* Hadmut Danisch:
at least here in Germany Internet providers tend to
do and not to do what they want.
- Some cut off their clients every 24 hours (DSL)
This happens on the sub-IP layer and hasn't got to do much with ISPs.
- Some block or slowdown particular tcp ports
to get rid of peer-to-peer file sharing
You get what you pay for.
- Some redirect the first web access to any site
to their own to force you to read their ads
- Very few support multicast. When I asked my
own provider, they didn't even know what this is.
(They said 'no, because they don't support Linux'.)
You can't get reliable multicast service anywhere in the world.
People tend to switch it off if it threatens to impact unicast
traffic. It's not possible to run production services over multicast
across the Internet at the moment, at least not without a fallback to
- IPv6? Huh? What's that?
It's not a real problem to get native IPv6 over ADSL or SDSL.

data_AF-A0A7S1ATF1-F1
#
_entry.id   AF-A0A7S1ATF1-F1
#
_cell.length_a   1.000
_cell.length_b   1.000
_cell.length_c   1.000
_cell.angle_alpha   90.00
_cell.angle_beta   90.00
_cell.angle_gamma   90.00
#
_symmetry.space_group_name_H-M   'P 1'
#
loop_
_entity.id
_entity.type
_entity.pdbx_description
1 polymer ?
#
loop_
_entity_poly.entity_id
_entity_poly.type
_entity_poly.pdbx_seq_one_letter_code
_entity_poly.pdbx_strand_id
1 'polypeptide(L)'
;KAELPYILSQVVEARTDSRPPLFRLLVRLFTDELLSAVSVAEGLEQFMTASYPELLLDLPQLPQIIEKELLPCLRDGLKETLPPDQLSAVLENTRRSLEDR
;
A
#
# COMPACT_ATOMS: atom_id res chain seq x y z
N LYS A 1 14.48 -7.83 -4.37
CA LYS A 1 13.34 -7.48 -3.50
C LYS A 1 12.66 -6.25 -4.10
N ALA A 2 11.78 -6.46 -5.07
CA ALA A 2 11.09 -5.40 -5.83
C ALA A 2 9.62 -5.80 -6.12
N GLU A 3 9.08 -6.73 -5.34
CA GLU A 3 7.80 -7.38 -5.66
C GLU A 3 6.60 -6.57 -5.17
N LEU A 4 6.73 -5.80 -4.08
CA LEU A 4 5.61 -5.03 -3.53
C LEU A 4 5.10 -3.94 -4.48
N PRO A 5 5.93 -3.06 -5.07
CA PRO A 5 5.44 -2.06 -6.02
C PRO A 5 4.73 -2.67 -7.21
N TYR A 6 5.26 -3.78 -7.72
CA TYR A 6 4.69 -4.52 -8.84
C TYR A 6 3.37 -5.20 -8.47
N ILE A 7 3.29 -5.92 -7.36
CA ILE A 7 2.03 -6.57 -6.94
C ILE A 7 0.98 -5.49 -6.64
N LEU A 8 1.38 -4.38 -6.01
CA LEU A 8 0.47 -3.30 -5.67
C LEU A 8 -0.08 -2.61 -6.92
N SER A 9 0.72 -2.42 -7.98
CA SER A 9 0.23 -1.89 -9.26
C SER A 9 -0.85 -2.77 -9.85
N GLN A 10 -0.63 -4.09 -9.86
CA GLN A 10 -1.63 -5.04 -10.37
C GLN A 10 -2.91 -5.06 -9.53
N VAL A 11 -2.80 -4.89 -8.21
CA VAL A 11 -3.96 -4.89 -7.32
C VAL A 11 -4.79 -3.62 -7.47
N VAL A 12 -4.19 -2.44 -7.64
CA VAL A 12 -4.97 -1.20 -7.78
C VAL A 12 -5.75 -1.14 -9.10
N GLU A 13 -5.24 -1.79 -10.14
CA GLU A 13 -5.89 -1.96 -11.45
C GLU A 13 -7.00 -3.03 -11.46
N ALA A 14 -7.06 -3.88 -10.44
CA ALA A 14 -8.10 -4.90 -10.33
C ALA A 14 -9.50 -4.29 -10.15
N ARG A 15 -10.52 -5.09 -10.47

- At least one large provider blocks port 25 to certain IP
addresses in order to force you to use the provider's
Which one is that?
The case you are writing about does *not* block 25/TCP on the TCP/IP
It's true that certain extremely cheap products don't offer that much
Internet or Service. These products are marketed aggressively and are
usually sold at a loss. Nobody forces you to buy them.
Current mail filters: many dial-up/DSL/cable modem hosts, and the
following domains: bigpond.com, di-ve.com, fuorissimo.com, hotmail.com,
jumpy.it, libero.it, netscape.net, postino.it, simplesnet.pt, spymac.com,
tiscali.co.uk, tiscali.cz, tiscali.it, voila.fr, yahoo.com.
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